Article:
Hawking studied physics and cosmology at Oxford, but found himself bored with his classes, which were too easy for him. It wasn’t until he began the coursework for his Ph.D. at Cambridge that he began to feel engaged. Even so, he only spent about an hour a day on schoolwork. He graduated with honors in 1962; in 1963, when he was 21, he was diagnosed with amyotrophic lateral sclerosis, more commonly known as ALS or Lou Gehrig’s disease. It’s a degenerative neurological condition that results in gradual full-body paralysis and death. He had been stumbling, and occasionally slurring his words, for a while but didn’t think much of it. He finally consulted a doctor after he fell while ice-skating and couldn’t get up by himself.
At the time of his diagnosis, he was given two to three years to live. The family was understandably devastated by the news, but when Hawking was hospitalized in the same room as a boy who was dying of leukemia, he resolved to not view his condition as a death sentence and give up. Instead, the disease gave him a sense of purpose that he had lacked before. “I was bored with life before my illness,” he once said. “There had not seemed to be anything worth doing.” He threw himself into his work with new vigor. Five decades later and almost completely paralyzed, he is still producing new work. His latest book is a memoir — My Brief History (2013) — and he’s currently at work on Starmus, a collection of lectures by famous scientists.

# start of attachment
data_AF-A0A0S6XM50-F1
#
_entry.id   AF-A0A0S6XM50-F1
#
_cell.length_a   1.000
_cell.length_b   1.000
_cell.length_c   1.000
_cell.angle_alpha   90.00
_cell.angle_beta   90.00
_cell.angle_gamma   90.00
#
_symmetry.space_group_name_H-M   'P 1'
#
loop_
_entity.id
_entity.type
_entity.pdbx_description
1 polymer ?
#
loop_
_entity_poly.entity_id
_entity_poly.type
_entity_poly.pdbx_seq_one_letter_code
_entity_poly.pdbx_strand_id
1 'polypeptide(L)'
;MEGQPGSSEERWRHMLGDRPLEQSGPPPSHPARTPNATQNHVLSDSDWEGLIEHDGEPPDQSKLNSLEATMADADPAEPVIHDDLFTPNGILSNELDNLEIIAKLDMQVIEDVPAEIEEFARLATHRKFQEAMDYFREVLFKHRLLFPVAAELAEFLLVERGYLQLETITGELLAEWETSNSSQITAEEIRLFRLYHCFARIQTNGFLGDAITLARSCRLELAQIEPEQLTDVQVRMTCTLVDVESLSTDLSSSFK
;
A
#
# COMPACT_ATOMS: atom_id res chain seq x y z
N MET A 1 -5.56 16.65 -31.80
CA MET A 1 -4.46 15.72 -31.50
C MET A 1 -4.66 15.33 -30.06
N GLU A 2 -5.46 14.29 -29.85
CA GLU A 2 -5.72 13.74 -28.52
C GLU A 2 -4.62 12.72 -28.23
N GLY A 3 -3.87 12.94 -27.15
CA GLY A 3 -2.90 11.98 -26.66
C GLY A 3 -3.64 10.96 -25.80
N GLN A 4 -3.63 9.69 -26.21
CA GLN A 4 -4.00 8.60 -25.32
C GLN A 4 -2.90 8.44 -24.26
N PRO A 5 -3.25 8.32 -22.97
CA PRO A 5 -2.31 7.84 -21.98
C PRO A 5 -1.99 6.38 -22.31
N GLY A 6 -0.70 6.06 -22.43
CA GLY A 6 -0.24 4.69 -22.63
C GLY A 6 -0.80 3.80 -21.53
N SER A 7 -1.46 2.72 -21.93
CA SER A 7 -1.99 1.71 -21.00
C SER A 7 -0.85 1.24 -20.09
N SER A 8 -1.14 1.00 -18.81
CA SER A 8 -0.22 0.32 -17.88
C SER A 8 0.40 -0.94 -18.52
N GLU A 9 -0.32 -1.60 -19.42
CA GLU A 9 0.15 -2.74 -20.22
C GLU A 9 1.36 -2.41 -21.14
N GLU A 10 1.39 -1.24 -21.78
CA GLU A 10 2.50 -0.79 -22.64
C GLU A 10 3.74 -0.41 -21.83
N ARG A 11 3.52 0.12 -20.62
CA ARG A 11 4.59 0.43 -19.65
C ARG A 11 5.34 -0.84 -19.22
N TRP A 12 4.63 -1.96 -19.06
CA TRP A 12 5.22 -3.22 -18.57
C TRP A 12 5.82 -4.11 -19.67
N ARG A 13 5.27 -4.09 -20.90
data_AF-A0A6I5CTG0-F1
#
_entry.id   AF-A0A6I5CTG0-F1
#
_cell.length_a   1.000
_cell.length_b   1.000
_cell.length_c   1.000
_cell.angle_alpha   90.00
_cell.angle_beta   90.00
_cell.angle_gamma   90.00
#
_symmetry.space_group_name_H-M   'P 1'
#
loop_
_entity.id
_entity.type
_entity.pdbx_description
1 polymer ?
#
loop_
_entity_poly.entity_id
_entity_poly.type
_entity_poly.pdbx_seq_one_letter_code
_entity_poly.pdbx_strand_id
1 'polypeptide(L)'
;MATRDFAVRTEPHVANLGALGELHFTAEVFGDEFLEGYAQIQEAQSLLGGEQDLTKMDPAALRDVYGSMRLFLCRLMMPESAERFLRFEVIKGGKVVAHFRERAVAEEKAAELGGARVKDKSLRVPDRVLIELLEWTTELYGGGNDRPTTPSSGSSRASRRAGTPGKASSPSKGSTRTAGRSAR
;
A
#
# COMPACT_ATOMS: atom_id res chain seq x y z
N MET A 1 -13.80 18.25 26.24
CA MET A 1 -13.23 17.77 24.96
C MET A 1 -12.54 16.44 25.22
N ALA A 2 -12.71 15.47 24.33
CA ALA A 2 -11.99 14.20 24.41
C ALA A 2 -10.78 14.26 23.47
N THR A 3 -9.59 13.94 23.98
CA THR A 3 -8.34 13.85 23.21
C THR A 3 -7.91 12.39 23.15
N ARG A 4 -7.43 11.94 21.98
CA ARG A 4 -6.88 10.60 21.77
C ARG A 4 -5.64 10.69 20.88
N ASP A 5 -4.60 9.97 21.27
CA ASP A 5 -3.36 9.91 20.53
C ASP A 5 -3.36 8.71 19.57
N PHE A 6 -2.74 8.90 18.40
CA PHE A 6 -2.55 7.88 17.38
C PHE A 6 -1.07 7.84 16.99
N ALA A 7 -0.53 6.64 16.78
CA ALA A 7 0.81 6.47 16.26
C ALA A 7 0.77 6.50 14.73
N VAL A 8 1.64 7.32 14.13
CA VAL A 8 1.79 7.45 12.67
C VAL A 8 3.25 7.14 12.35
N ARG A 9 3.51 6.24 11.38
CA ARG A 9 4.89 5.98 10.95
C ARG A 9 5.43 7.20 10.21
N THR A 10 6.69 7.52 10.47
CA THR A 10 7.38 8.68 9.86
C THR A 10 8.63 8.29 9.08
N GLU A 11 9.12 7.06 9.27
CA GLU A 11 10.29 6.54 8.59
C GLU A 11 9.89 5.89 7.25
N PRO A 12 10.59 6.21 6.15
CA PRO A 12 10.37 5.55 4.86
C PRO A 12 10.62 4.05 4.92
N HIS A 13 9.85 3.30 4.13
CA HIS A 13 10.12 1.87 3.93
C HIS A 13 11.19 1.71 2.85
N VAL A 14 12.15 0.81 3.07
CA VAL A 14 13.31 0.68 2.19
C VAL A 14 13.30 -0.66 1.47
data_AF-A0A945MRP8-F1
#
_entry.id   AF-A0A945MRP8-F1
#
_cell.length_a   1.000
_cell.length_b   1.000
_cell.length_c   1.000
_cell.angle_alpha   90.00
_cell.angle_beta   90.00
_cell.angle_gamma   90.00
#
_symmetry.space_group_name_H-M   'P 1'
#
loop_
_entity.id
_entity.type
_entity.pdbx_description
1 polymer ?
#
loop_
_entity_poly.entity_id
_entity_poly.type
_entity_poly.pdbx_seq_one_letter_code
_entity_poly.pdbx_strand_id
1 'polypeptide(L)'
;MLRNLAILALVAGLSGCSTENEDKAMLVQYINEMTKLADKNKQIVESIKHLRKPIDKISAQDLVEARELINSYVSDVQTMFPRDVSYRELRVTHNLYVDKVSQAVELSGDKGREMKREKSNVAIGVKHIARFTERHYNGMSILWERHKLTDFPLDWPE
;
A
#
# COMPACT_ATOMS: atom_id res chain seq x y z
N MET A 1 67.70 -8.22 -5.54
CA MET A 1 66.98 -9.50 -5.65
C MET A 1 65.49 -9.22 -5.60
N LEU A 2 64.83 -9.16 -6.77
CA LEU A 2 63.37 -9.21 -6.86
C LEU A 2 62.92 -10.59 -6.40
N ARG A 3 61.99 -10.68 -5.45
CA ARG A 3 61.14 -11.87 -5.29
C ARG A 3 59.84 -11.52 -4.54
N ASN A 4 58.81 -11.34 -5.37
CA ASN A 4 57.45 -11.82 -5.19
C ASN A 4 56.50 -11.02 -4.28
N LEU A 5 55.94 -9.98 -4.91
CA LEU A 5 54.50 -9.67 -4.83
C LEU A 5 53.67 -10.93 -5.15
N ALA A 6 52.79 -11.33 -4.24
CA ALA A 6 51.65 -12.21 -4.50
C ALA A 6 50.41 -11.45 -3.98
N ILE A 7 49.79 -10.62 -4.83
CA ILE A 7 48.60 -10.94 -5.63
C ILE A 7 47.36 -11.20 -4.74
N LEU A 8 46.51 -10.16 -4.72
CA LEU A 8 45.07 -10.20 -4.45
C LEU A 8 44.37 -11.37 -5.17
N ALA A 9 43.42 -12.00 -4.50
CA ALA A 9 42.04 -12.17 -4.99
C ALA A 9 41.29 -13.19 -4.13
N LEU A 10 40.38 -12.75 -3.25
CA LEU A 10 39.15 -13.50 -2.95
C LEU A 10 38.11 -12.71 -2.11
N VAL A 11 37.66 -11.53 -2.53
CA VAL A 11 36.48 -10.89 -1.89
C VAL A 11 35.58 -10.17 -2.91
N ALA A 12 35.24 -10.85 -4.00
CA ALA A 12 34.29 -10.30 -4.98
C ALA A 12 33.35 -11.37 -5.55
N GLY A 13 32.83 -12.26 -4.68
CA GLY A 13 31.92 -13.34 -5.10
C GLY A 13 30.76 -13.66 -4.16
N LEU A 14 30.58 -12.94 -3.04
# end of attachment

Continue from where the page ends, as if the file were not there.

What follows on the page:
Hawking met Jane Wilde, a young undergrad, at a New Year’s Eve party not long before his diagnosis. She had seen him the summer before, “a young man with an awkward gait, his head down, his face shielded from the world under an unruly mass of straight brown hair.” He didn’t notice her, but he made an impression on her nonetheless. After the party, they exchanged phone numbers, but didn’t begin dating right away; she heard about his ALS diagnosis through the grapevine. Once they fell in love, Hawking’s parents discouraged her from marrying him, given his prognosis, but the pair didn’t listen. They married in 1965 and went on to have three children, but Hawking’s parents never did warm up to Jane. Their courtship and relationship is the subject of the film The Theory of Everything (2014), based on Wilde’s memoir Travelling to Infinity: My Life with Stephen (2008).